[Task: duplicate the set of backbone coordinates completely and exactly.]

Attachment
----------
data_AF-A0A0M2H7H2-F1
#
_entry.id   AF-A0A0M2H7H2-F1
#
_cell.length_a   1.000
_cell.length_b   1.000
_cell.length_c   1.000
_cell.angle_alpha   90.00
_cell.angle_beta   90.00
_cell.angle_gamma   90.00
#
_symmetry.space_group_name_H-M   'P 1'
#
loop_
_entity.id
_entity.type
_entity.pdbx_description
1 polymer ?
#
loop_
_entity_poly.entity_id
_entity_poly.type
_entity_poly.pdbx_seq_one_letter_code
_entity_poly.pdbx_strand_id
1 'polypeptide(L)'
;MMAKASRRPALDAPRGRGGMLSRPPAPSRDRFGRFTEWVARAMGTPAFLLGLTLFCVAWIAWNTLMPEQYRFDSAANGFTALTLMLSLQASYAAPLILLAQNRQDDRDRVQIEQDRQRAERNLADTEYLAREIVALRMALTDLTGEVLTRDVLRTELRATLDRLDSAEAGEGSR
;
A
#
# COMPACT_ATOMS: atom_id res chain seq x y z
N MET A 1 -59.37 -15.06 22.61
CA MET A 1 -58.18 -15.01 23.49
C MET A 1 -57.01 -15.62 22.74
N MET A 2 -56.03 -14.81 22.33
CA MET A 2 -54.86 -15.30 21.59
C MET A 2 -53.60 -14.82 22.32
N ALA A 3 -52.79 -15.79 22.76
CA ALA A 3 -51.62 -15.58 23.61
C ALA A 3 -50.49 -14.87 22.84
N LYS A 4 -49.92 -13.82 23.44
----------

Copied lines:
data_AF-A0A0M2H7H2-F1
#
_entry.id   AF-A0A0M2H7H2-F1
#
_cell.length_a   1.000
_cell.length_b   1.000
_cell.length_c   1.000
_cell.angle_alpha   90.00
_cell.angle_beta   90.00
_cell.angle_gamma   90.00
#
_symmetry.space_group_name_H-M   'P 1'
#
loop_
_entity.id
_entity.type
_entity.pdbx_description
1 polymer ?
#
loop_
_entity_poly.entity_id
_entity_poly.type
_entity_poly.pdbx_seq_one_letter_code
_entity_poly.pdbx_strand_id
1 'polypeptide(L)'
;MMAKASRRPALDAPRGRGGMLSRPPAPSRDRFGRFTEWVARAMGTPAFLLGLTLFCVAWIAWNTLMPEQYRFDSAANGFTALTLMLSLQASYAAPLILLAQNRQDDRDRVQIEQDRQRAERNLADTEYLAREIVALRMALTDLTGEVLTRDVLRTELRATLDRLDSAEAGEGSR
;
A
#
# COMPACT_ATOMS: atom_id res chain seq x y z
N MET A 1 -59.37 -15.06 22.61
CA MET A 1 -58.18 -15.01 23.49
C MET A 1 -57.01 -15.62 22.74
N MET A 2 -56.03 -14.81 22.33
CA MET A 2 -54.86 -15.30 21.59
C MET A 2 -53.60 -14.82 22.32
N ALA A 3 -52.79 -15.79 22.76
CA ALA A 3 -51.62 -15.58 23.61
C ALA A 3 -50.49 -14.87 22.84
N LYS A 4 -49.92 -13.82 23.44